The Blog

Beat Procrastination with Zeigarnik Effect

Contributor(s): Zohwa Karim

Think about how difficult it is to leave a TV show in the midst of watching or at the very end where there is a cliff-hanger and the only thing you want in the world is to know what happens next and finish the story. Wouldn’t you like to feel that way about your tasks?

The psychological phenomenon of Zeigarnik effect proposes that making a start on something – no matter how big or small – keeps it ticking way at the back of your mind until you reach the end. It was also found that interruption during a task that requires focus can in fact improve, rather than heed, a person’s ability to remember it afterwards.

People who are prone to procrastination may learn the importance of starting tasks early or of simply starting anywhere they can. The cognitive tension associated with the Zeigarnik effect will help to pull these individuals back to work until the job is completed on time.
This effect also has implications for the techniques that we might use to learn and to recall important pieces of information. For example, the desperate tries of late night intensive cramming before the exam and hoping with heart and soul that the brain will retain the in-formation. This common practice has been debunked by this effect. But you can use it to your advantage by designing study sessions with appropriate breaks involving unrelated ac-tivities. A prolonged study period without breaks is typically less effective for information recall. The Zeigarnik effect also promotes mental well-being. Completing tasks successfully can provide a sense of accomplishment whilst increasing one’s self esteem and confidence. The development of productive work and study habits can also contribute to a personal sense of maturity and self-growth. This effect is also something many companies use as a marketing tool. It’s a leverage to make the user keep coming back and use the product.

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Our New Creative Space: The Story

Contributor(s): Zohwa Karim

Creating an environment that is welcoming to everyone is also essential. For people to want to enter the space and use it in their day-to-day working routine, the environment has to draw you in and let you know it is available for use any time. We wanted to set up our work environment to breed creativity, whether it be a brainstorming session with the whole team or an individual assignment that requires solitude. Using speciality medias, for example murals, it can create something eye catching to passers-by. Once their attention has been caught, the rest of the graphics and interiors draw them in.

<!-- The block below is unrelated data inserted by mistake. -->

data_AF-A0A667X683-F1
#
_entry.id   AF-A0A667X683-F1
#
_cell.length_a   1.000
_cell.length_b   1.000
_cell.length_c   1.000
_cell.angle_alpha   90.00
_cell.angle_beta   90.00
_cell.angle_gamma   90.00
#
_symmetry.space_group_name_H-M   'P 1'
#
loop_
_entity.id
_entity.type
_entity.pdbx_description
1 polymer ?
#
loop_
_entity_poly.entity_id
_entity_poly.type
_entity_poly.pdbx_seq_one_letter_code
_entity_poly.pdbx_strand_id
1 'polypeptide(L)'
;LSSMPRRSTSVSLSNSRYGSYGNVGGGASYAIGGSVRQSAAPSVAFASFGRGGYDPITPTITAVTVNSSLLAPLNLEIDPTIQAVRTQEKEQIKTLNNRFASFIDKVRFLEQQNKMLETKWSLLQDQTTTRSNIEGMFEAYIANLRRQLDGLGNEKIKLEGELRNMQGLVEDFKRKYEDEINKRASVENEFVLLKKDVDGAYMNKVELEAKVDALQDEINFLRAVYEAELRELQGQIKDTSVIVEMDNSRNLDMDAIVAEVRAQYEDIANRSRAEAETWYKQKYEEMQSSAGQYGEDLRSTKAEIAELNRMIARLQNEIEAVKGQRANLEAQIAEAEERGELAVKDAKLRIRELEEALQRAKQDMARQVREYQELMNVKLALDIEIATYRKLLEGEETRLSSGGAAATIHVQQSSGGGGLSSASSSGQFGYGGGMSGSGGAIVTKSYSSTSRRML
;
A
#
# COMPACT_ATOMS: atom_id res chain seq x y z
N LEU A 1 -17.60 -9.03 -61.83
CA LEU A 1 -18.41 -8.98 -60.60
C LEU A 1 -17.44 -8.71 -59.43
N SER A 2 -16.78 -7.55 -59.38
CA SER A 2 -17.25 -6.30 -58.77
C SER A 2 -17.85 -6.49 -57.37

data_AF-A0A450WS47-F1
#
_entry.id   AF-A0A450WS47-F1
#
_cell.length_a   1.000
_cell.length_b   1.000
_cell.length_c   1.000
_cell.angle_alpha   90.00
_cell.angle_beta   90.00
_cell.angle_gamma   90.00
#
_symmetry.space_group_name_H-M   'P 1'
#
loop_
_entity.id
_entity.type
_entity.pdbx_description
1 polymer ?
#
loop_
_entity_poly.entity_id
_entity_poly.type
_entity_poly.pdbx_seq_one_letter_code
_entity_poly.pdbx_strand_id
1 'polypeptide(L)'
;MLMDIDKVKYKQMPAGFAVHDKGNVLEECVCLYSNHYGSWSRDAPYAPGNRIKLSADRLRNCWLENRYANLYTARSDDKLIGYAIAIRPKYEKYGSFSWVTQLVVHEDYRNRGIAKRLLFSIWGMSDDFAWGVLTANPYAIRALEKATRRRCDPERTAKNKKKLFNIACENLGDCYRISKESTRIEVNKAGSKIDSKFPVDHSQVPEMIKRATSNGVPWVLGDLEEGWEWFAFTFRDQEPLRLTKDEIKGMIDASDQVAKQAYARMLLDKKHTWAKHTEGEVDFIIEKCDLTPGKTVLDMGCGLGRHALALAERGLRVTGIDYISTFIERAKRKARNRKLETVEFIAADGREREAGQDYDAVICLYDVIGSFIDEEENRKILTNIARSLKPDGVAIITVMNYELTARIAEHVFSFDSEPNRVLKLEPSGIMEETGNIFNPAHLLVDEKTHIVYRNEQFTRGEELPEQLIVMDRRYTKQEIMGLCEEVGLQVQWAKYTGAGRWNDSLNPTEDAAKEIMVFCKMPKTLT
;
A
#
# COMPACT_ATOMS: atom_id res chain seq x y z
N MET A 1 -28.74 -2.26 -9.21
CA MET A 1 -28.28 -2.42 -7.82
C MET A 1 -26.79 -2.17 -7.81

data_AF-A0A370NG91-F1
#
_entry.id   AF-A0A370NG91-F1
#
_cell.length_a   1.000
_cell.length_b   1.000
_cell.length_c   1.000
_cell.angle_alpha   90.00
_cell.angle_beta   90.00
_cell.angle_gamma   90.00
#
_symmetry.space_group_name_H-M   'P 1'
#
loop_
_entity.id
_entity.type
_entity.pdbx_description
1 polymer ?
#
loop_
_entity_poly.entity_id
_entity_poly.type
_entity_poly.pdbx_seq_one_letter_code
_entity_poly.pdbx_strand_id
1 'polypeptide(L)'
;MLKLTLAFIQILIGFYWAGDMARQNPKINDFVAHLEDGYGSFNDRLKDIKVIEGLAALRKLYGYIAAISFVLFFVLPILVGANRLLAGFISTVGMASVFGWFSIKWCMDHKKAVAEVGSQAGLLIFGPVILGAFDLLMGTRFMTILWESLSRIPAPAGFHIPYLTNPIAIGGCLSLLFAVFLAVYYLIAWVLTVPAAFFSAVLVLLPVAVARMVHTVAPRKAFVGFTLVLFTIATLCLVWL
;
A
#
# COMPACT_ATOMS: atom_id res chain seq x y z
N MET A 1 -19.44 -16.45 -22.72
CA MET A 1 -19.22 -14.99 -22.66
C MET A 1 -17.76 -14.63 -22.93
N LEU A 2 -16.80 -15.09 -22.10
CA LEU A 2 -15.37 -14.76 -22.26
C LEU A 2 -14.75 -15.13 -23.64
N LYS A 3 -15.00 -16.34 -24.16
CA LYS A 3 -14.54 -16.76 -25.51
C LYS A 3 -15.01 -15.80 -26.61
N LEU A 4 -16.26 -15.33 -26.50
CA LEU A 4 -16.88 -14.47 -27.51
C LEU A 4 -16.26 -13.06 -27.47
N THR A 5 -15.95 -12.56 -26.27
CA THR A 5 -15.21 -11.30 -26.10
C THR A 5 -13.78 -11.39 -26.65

But the most important part was that we did it ourselves. Instead of over-spending and relying on producers who were charging us substantially more, we reduced the budget by more than half by thinking creatively and investing extra time and effort. We had volunteers from the team including the General Manager, the UI/UX team and even two back-end developers who helped transform the place into a creative haven.

Before office image
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ECI Image Recognition

Contributor(s): Hussain Wajid, Kumail Hussain & Zohwa Karim

A power company uses drone footage that contains high resolution images of power lines and towers to inspect for issues and faults. The drone takes images after a certain interval. Because of interval delay, the footage is very dispersed.
There is no system in place to segregate the footage from the good and the bad. Human analysis of the data is very time consuming and costly. The manual rate is $15 per structure and human inspectors can do approximately 50 towers a day.
Our team is working on a process to make everything easier and automate it. They’re building a machine vision software to track and automate human analysis. Which will reduce cost by an ample amount and increase productivity notably.
ECI is an image recognition software which trains the images against some well-known algorithms to achieve the most factual results. Starting off with it, the images were classified into three classes of poles, not poles and partial poles according to visibility of power lines and towers. Then these images are trained against visual recognition algorithms and the results are evaluated.